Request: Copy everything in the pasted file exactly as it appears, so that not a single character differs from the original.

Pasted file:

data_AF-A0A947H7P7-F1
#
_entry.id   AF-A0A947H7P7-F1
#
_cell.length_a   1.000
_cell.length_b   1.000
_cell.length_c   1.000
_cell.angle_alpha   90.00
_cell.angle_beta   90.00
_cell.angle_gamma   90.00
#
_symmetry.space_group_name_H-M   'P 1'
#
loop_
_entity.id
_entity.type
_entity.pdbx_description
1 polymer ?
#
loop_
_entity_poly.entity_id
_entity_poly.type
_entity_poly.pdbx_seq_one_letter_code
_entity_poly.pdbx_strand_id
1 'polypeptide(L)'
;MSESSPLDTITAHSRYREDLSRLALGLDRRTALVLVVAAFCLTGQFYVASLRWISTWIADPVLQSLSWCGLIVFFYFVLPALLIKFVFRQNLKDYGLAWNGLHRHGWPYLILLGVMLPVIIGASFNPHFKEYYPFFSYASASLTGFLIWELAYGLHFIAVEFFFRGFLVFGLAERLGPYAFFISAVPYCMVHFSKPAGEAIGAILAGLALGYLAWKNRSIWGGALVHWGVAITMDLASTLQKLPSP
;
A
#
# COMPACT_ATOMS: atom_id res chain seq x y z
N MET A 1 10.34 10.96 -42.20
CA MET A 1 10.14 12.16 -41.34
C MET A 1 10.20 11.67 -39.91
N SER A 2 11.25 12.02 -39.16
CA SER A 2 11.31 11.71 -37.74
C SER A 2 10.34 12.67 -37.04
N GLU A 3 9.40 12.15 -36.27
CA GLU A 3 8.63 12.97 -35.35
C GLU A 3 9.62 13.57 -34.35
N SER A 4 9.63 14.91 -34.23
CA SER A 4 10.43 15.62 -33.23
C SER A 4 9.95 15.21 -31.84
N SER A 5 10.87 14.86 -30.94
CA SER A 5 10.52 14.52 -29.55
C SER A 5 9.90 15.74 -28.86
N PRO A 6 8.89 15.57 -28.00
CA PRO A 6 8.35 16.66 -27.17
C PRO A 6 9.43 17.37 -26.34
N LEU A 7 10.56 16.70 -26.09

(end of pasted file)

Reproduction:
data_AF-A0A947H7P7-F1
#
_entry.id   AF-A0A947H7P7-F1
#
_cell.length_a   1.000
_cell.length_b   1.000
_cell.length_c   1.000
_cell.angle_alpha   90.00
_cell.angle_beta   90.00
_cell.angle_gamma   90.00
#
_symmetry.space_group_name_H-M   'P 1'
#
loop_
_entity.id
_entity.type
_entity.pdbx_description
1 polymer ?
#
loop_
_entity_poly.entity_id
_entity_poly.type
_entity_poly.pdbx_seq_one_letter_code
_entity_poly.pdbx_strand_id
1 'polypeptide(L)'
;MSESSPLDTITAHSRYREDLSRLALGLDRRTALVLVVAAFCLTGQFYVASLRWISTWIADPVLQSLSWCGLIVFFYFVLPALLIKFVFRQNLKDYGLAWNGLHRHGWPYLILLGVMLPVIIGASFNPHFKEYYPFFSYASASLTGFLIWELAYGLHFIAVEFFFRGFLVFGLAERLGPYAFFISAVPYCMVHFSKPAGEAIGAILAGLALGYLAWKNRSIWGGALVHWGVAITMDLASTLQKLPSP
;
A
#
# COMPACT_ATOMS: atom_id res chain seq x y z
N MET A 1 10.34 10.96 -42.20
CA MET A 1 10.14 12.16 -41.34
C MET A 1 10.20 11.67 -39.91
N SER A 2 11.25 12.02 -39.16
CA SER A 2 11.31 11.71 -37.74
C SER A 2 10.34 12.67 -37.04
N GLU A 3 9.40 12.15 -36.27
CA GLU A 3 8.63 12.97 -35.35
C GLU A 3 9.62 13.57 -34.35
N SER A 4 9.63 14.91 -34.23
CA SER A 4 10.43 15.62 -33.23
C SER A 4 9.95 15.21 -31.84
N SER A 5 10.87 14.86 -30.94
CA SER A 5 10.52 14.52 -29.55
C SER A 5 9.90 15.74 -28.86
N PRO A 6 8.89 15.57 -28.00
CA PRO A 6 8.35 16.66 -27.17
C PRO A 6 9.43 17.37 -26.34
N LEU A 7 10.56 16.70 -26.09